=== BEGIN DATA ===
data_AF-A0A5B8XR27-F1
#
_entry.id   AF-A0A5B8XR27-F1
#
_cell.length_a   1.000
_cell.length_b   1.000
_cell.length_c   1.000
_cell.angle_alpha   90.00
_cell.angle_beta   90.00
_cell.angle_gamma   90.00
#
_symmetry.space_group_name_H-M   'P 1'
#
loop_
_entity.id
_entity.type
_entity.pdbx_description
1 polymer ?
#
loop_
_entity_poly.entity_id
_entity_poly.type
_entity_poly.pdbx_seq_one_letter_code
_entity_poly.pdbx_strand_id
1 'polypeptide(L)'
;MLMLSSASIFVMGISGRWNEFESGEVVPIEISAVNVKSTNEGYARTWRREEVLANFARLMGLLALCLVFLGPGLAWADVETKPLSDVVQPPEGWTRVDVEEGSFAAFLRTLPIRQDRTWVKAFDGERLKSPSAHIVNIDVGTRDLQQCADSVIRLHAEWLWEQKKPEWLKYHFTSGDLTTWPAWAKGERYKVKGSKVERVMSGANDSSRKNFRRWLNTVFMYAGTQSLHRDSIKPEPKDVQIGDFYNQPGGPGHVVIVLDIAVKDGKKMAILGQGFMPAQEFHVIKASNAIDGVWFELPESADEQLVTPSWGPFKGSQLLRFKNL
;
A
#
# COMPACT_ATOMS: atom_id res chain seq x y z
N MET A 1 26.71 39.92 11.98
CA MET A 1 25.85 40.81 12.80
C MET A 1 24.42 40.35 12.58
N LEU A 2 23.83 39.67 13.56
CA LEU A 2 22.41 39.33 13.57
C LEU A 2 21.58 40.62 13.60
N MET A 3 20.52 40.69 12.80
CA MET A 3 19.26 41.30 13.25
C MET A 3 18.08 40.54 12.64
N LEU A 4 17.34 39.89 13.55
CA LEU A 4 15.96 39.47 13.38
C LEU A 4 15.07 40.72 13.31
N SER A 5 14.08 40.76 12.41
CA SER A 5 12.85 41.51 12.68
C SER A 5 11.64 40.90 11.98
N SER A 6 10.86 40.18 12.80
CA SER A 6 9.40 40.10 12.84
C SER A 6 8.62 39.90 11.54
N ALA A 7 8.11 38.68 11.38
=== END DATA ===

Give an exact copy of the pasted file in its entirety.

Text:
data_AF-A0A5B8XR27-F1
#
_entry.id   AF-A0A5B8XR27-F1
#
_cell.length_a   1.000
_cell.length_b   1.000
_cell.length_c   1.000
_cell.angle_alpha   90.00
_cell.angle_beta   90.00
_cell.angle_gamma   90.00
#
_symmetry.space_group_name_H-M   'P 1'
#
loop_
_entity.id
_entity.type
_entity.pdbx_description
1 polymer ?
#
loop_
_entity_poly.entity_id
_entity_poly.type
_entity_poly.pdbx_seq_one_letter_code
_entity_poly.pdbx_strand_id
1 'polypeptide(L)'
;MLMLSSASIFVMGISGRWNEFESGEVVPIEISAVNVKSTNEGYARTWRREEVLANFARLMGLLALCLVFLGPGLAWADVETKPLSDVVQPPEGWTRVDVEEGSFAAFLRTLPIRQDRTWVKAFDGERLKSPSAHIVNIDVGTRDLQQCADSVIRLHAEWLWEQKKPEWLKYHFTSGDLTTWPAWAKGERYKVKGSKVERVMSGANDSSRKNFRRWLNTVFMYAGTQSLHRDSIKPEPKDVQIGDFYNQPGGPGHVVIVLDIAVKDGKKMAILGQGFMPAQEFHVIKASNAIDGVWFELPESADEQLVTPSWGPFKGSQLLRFKNL
;
A
#
# COMPACT_ATOMS: atom_id res chain seq x y z
N MET A 1 26.71 39.92 11.98
CA MET A 1 25.85 40.81 12.80
C MET A 1 24.42 40.35 12.58
N LEU A 2 23.83 39.67 13.56
CA LEU A 2 22.41 39.33 13.57
C LEU A 2 21.58 40.62 13.60
N MET A 3 20.52 40.69 12.80
CA MET A 3 19.26 41.30 13.25
C MET A 3 18.08 40.54 12.64
N LEU A 4 17.34 39.89 13.55
CA LEU A 4 15.96 39.47 13.38
C LEU A 4 15.07 40.72 13.31
N SER A 5 14.08 40.76 12.41
CA SER A 5 12.85 41.51 12.68
C SER A 5 11.64 40.90 11.98
N SER A 6 10.86 40.18 12.80
CA SER A 6 9.40 40.10 12.84
C SER A 6 8.62 39.90 11.54
N ALA A 7 8.11 38.68 11.38